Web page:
What We Learned: Matchweek Three
Before I take another look around the Premier League, I wanted to highlight my favorite part of Liverpool’s 3-1 win over Arsenal. I have three sons under 12, the youngest of which has become a passionate Reds supporter. Sports are at their best when they provide lessons valuable to anyone, and Andy Robertson gave us a gem on Monday.
Robbo screwed up on Arsenal’s goal. He and every one around the world knew so immediately. Even world class athletes make mistakes; character is revealed by how you respond to those mistakes. Don’t sulk in the corner; go help your team by fixing the problem. What a response by Andy, and what a great message for young supporters! Now, on to a look around the Premier League.
Three for Three for Three
Monday’s post-match commentary focused on Liverpool’s flying start towards title Number 20, but the Reds have company atop the table. Leicester and Everton also bagged nine points from their first three matches, the former leading the League on goal differential. Do we have enough evidence to call them contenders?
Across Stanley Park, Everton’s marquee signing James Rodriguez has been a strong fit, adding more proof to the value of Carlo Ancelotti as manager. Dominic Calvert-Lewin is tied for the league lead with five goals, and he, Rodriguez and Richarlison form a partnership that should bring the Toffees into the European conversation. Everton have a mid-week Carabao Cup fixture versus West Ham, before Brighton fly north to Goodison on Saturday.
The league’s other five-goal scorer is Jamie Vardy, the central figure in a slightly surprising Leicester revival. Even if they fail to repeat the magic of 2016, the stability Brendan Rodgers has given the Foxes is noteworthy. Last season’s late collapse overshadowed a fifth-place finish that exceeded all preseason expectations. Sunday’s result – a 5-2 thrashing of Manchester City – showed they have moved on from the previous campaign, with Vardy scoring a sublime goal between a pair of successful spot kicks. Leicester’s next two matches – West Ham and Aston Villa – afford them an opportunity to maintain the early momentum.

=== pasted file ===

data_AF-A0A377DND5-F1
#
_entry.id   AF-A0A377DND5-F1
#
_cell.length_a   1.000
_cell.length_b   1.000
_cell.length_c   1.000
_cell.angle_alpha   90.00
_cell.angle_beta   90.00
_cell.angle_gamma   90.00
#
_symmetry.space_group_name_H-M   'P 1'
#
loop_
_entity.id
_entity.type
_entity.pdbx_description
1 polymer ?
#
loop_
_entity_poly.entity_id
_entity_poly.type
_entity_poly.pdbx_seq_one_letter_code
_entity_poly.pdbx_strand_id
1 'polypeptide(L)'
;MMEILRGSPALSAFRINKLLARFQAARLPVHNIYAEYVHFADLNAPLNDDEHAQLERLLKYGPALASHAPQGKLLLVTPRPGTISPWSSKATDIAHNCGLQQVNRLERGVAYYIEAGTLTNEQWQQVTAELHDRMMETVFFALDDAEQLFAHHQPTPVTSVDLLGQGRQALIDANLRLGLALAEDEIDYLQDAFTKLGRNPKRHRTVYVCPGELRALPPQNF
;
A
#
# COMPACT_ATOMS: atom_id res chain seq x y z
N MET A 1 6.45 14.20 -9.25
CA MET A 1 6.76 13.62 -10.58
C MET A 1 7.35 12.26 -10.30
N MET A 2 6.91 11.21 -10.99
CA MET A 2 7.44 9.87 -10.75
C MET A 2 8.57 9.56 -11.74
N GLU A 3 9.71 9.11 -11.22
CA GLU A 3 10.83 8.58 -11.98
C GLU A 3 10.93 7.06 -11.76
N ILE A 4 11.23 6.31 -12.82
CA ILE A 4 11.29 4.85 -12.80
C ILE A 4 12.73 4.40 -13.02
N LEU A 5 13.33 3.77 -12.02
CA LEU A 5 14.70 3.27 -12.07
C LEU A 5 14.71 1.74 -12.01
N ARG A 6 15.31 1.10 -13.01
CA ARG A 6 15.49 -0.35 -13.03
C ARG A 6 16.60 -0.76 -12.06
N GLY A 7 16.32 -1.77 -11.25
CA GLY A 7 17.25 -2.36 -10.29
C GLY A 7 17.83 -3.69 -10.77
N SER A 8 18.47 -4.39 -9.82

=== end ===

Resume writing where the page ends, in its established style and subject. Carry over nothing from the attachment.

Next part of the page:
Everton and Leicester lack the depth needed for a sustained title run, but with Manchester United, Chelsea and Tottenham all dropping points early, the duo can consider fourth place an attainable goal.
My City of Ruin?
Speaking of dropping points early, we would be foolish to think of Manchester City as anything less than title contenders, but when you surrender the most goals ever by a Pep Guardiola-coached side, questions are inevitable. Injuries to Sergio Aguero and Gabriel Jesus leave the Citizens hobbled at one end; shoddy defending leaves them puzzled at the other. Enter Ruben Dias from Benfica, Pep’s latest big money move to shore up the back line. Will the 23-year-old Portuguese solve the problems that plagued City’s bid for League and European glory last year? Rambunctious Leeds may answer that question on Saturday.
VAR = Very Asinine Replays
The dominant theme of the weekend? Handballs + VAR = outrage. Just searching for related articles left me exhausted. Controversies were central to Manchester United’s wild victory at Brighton; Newcastle’s last gasp draw against Tottenham (The Special One was as gracious as you might expect); and Everton’s win over Palace.
VAR was installed to correct egregious mistakes, not to offer Zapruder film evidence when a ball grazes the upper interior of a defender’s armpit. While eliminating subjectivity from video reviews is well-intentioned, replay decisions are leaving fans saying “Technically that’s a hand ball, but come on!”
Offering officials leeway to judge a defender’s intent when a ball strikes an arm or hand would solve some controversies, while introducing others. Smarter minds than mine will need to address the issue, as supporters are tired of talking about VAR. There is a role for technology that solves blatant officiating mistakes, but I would not complain if we settled for goal line reviews and ditched the rest.